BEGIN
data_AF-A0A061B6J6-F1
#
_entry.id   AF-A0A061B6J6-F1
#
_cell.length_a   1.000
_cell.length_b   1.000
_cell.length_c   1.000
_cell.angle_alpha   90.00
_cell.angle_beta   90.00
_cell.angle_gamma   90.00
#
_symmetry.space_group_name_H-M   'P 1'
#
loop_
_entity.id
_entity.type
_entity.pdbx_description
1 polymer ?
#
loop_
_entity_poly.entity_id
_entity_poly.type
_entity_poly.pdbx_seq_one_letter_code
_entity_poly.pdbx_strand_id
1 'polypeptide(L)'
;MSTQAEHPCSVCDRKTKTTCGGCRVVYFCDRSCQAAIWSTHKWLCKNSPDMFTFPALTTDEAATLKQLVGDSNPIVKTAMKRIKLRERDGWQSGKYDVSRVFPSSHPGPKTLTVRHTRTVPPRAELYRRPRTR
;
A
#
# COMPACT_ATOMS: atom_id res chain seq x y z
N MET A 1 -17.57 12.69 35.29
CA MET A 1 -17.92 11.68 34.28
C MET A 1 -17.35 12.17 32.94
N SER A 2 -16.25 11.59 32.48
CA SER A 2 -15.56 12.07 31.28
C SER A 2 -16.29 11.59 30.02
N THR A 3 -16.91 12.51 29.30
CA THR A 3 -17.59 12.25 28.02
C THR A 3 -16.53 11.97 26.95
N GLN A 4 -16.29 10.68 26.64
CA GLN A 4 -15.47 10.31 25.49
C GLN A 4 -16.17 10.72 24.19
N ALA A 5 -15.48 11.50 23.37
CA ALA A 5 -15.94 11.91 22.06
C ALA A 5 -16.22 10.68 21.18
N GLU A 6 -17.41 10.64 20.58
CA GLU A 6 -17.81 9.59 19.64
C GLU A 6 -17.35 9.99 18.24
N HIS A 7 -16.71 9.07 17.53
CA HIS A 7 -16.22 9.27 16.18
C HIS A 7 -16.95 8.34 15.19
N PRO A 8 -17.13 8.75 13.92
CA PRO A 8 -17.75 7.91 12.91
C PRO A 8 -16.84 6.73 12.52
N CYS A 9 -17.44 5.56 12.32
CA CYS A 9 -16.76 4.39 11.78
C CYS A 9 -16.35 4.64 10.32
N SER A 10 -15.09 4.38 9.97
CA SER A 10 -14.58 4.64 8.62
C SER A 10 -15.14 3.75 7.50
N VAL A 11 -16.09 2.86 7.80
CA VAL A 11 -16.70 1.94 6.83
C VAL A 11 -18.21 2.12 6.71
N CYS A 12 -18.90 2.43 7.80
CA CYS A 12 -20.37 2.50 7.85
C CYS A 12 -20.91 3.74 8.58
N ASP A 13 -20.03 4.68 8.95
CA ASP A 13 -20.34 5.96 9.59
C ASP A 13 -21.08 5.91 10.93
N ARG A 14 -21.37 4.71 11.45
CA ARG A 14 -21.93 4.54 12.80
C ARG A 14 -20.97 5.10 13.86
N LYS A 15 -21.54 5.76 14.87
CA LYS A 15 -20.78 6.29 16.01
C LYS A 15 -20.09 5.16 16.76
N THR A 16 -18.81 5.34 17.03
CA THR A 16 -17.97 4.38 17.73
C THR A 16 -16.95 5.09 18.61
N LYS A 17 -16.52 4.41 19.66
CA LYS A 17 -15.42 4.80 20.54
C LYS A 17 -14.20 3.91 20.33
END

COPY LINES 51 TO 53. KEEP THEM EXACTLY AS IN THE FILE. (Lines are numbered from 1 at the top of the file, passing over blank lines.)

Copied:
C HIS A 7 -16.95 8.34 15.19
N PRO A 8 -17.13 8.75 13.92
CA PRO A 8 -17.75 7.91 12.91